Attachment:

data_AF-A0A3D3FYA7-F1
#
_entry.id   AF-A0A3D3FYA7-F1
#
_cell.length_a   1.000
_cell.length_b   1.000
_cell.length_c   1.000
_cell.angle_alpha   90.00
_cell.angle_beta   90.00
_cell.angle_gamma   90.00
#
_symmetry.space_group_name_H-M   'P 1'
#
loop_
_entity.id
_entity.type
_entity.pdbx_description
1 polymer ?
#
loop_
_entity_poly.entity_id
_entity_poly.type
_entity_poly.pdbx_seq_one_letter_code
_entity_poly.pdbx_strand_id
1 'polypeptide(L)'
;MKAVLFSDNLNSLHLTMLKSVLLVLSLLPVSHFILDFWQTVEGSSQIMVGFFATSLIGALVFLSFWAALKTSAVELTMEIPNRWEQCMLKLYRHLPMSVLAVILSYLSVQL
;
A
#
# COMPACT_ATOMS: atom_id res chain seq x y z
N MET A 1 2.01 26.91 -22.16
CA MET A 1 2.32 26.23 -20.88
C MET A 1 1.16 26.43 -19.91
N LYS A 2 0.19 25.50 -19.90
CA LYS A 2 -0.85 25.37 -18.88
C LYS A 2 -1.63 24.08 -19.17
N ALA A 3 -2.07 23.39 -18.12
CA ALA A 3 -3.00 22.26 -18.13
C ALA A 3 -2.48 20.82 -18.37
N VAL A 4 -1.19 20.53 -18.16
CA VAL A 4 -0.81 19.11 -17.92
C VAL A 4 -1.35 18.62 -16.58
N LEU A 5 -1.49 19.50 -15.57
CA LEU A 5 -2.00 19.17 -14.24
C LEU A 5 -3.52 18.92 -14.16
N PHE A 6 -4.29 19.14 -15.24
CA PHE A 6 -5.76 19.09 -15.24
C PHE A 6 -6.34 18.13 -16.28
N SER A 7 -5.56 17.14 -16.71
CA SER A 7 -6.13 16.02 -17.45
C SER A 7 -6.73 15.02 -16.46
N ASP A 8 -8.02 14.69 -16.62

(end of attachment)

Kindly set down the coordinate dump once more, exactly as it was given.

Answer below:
data_AF-A0A3D3FYA7-F1
#
_entry.id   AF-A0A3D3FYA7-F1
#
_cell.length_a   1.000
_cell.length_b   1.000
_cell.length_c   1.000
_cell.angle_alpha   90.00
_cell.angle_beta   90.00
_cell.angle_gamma   90.00
#
_symmetry.space_group_name_H-M   'P 1'
#
loop_
_entity.id
_entity.type
_entity.pdbx_description
1 polymer ?
#
loop_
_entity_poly.entity_id
_entity_poly.type
_entity_poly.pdbx_seq_one_letter_code
_entity_poly.pdbx_strand_id
1 'polypeptide(L)'
;MKAVLFSDNLNSLHLTMLKSVLLVLSLLPVSHFILDFWQTVEGSSQIMVGFFATSLIGALVFLSFWAALKTSAVELTMEIPNRWEQCMLKLYRHLPMSVLAVILSYLSVQL
;
A
#
# COMPACT_ATOMS: atom_id res chain seq x y z
N MET A 1 2.01 26.91 -22.16
CA MET A 1 2.32 26.23 -20.88
C MET A 1 1.16 26.43 -19.91
N LYS A 2 0.19 25.50 -19.90
CA LYS A 2 -0.85 25.37 -18.88
C LYS A 2 -1.63 24.08 -19.17
N ALA A 3 -2.07 23.39 -18.12
CA ALA A 3 -3.00 22.26 -18.13
C ALA A 3 -2.48 20.82 -18.37
N VAL A 4 -1.19 20.53 -18.16
CA VAL A 4 -0.81 19.11 -17.92
C VAL A 4 -1.35 18.62 -16.58
N LEU A 5 -1.49 19.50 -15.57
CA LEU A 5 -2.00 19.17 -14.24
C LEU A 5 -3.52 18.92 -14.16
N PHE A 6 -4.29 19.14 -15.24
CA PHE A 6 -5.76 19.09 -15.24
C PHE A 6 -6.34 18.13 -16.28
N SER A 7 -5.56 17.14 -16.71
CA SER A 7 -6.13 16.02 -17.45
C SER A 7 -6.73 15.02 -16.46
N ASP A 8 -8.02 14.69 -16.62